Frauds are continuing to occur in the Queensland public sector. Over the last 18 months alone, successful frauds have resulted in the losses of over $2.2 million. These have been as a result of fraudulent changes to bank account details for both employees and suppliers. Fraudsters are targeting entities of all sizes and in all locations. While most losses may be recoverable through insurance, entities could prevent them occurring with strong ‘everyday’ controls. In addition to any financial loss, entities may also face reputation damage.
What did the fraud attempts look like?
- An email from a senior executive’s personal email address requesting a bank account change for the next pay cycle. We discussed this incidence in our blog article Beware fraudulent emails.
- An email from a supplier requesting a bank account change.
- An entity’s bank account change request form was submitted via email.
- An email for a supplier requesting a bank account change, which was supported by emails between the public sector entity and the supplier. This fraud may have resulted from use of spyware. In this instance, there was a minor change to the supplier’s email address that was almost undetectable.
- Changes made to the Australian Banking Association (ABA) file between the final payment check and transmission to the bank (this fraud is still being investigated).
As you can see, there is nothing extraordinary about these attempts—they involve business-as-usual activities that your entity would see every day.
What fraud prevention measures can I put in place?
- Develop and implement mandatory cyber security awareness training for all staff, to be completed during induction and at regular periods during employment.
- Conduct campaigns to test the adequacy of staff vigilance to risks, such as phishing and tailgating (following a person into an office), so your entity can assess and improve its awareness programs.
- Changes to employee and supplier bank account details need to be verified through sources independent of the change request. This verification should not be done by replying to the email requesting the change.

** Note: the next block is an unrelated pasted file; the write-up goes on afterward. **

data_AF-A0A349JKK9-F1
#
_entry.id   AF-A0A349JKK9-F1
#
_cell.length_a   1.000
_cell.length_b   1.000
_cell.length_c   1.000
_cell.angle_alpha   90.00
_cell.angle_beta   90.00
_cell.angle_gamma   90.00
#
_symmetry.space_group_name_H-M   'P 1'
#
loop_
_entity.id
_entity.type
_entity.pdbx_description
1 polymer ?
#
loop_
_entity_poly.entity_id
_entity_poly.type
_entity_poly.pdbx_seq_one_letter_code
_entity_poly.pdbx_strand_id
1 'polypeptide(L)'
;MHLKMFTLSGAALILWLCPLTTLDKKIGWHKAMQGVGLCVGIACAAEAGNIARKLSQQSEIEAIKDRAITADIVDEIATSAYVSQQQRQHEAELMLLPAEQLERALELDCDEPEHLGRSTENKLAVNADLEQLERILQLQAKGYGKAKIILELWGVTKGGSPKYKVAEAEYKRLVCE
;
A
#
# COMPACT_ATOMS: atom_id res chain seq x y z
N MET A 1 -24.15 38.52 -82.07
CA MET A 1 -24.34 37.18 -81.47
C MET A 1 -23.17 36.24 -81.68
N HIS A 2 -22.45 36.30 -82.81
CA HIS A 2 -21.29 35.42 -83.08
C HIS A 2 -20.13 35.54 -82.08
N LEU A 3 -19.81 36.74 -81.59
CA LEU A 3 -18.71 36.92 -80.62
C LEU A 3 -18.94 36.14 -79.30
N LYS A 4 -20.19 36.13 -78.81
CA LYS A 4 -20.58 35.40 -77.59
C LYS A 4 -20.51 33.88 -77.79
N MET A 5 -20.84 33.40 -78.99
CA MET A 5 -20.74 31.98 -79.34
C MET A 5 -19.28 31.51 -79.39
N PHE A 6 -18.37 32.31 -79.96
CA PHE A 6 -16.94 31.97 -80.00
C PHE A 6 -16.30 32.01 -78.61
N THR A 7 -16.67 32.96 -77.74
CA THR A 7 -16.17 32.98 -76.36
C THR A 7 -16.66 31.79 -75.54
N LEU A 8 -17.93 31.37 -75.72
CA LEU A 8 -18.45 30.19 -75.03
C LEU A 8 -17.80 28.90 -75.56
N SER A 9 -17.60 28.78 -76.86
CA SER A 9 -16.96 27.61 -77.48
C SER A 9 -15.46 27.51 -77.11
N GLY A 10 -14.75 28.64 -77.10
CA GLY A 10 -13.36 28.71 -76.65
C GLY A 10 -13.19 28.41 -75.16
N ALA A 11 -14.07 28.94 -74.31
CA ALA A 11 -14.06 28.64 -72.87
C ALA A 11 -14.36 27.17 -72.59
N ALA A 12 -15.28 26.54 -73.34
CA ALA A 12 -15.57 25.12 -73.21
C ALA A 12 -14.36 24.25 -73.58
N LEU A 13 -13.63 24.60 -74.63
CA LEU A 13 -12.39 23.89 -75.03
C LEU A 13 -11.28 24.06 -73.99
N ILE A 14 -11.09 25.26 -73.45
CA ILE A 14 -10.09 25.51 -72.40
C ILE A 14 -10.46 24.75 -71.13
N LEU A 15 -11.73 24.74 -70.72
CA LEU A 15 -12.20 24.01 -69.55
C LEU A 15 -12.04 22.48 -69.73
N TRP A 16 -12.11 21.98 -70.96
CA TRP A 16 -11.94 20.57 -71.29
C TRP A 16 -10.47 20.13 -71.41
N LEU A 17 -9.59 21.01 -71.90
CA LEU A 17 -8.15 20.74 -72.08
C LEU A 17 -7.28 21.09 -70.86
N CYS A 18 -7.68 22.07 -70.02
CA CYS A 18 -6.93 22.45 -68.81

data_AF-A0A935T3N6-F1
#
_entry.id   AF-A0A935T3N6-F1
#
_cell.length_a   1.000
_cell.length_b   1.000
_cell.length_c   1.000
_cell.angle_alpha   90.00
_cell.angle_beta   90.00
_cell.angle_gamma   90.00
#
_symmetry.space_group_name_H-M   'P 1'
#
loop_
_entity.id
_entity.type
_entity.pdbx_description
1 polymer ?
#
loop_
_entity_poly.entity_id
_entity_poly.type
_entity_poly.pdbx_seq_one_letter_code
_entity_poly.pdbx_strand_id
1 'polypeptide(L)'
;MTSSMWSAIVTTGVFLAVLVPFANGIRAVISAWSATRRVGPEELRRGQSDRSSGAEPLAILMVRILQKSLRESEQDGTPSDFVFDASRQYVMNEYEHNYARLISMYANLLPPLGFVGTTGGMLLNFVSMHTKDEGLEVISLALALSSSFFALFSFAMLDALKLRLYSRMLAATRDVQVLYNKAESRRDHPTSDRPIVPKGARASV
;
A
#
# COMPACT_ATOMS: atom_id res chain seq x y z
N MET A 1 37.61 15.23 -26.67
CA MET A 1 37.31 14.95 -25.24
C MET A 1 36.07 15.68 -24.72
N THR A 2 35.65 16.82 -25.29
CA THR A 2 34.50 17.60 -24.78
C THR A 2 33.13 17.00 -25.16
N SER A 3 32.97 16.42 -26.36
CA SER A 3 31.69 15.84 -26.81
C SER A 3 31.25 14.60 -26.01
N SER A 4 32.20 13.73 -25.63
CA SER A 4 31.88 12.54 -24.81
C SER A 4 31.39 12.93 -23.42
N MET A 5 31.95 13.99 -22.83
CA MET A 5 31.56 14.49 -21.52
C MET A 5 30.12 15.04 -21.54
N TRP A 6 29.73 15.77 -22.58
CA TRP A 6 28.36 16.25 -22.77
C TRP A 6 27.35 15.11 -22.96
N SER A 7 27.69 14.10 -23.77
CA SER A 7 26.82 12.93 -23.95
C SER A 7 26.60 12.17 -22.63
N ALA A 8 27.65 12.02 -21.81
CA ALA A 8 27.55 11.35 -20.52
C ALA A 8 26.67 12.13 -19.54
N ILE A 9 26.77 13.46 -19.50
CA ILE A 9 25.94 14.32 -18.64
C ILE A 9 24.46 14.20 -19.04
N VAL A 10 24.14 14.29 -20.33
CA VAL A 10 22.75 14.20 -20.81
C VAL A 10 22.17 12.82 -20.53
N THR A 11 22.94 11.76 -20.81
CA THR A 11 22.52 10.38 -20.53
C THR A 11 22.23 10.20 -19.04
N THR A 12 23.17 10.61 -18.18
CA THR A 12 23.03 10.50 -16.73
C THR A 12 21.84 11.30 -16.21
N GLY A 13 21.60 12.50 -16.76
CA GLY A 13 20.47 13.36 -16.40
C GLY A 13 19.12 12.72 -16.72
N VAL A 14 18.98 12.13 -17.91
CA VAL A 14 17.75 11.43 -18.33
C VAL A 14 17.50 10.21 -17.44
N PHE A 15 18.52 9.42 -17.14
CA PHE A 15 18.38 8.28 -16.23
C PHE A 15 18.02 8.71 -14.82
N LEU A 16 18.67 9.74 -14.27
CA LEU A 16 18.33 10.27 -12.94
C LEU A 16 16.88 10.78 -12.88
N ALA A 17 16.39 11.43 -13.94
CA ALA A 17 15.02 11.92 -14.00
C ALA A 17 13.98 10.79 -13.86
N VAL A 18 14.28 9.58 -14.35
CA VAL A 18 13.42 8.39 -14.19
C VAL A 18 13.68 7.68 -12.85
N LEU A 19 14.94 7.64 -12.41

- Implement controls where a person independent from processing of the change verifies all changes to bank account details (supplier and employee).
- Ensure information systems are secure to prevent unauthorised access that may result in fraud or error. Security measures could include encryption of information, restriction of user access, regular monitoring by management, and appropriate segregation of duties.
- ‘If it does not look right then it probably isn’t’—ensure all staff are aware of this and that processes are in place to bring this to the attention of section supervisors.
- Do not get complacent with ‘everyday’ internal controls. Just because your entity has never had a fraud attempt does not mean it never will. Fraudsters do not discriminate on the size or location of their targets—every entity is a potential successful fraud to them.
- Look at flagging emails initiated from outside your organisation. This will alert the recipient to the fact that the email may not be from a trusted source.
All entities should include the risk of fraud in their strategic risk register to monitor the safeguards they have put in place to prevent fraudulent activities.
Where can I find further information and advice?
We have reported frauds of this nature in our blog posts and reports to parliament.
- Beware fraudulent emails
- Action items on the results of this year’s financial audits
- Learnings from our cyber security report to parliament
Reports to parliament:
- Local government entities: 2018–19 results of financial audits (Report 13: 2019–20)
- Queensland state government entities: 2018–19 results of financial audits (Report 8: 2019–20)
- Water: 2018–19 results of financial audits (Report 4: 2019–20)
- Managing cyber security risks (Report 3: 2019–20)
- Education: 2017–18 results of financial audits (Report 19: 2018–19)
- Local government entities: 2015–16 results of financial audits (Report 13: 2016–17)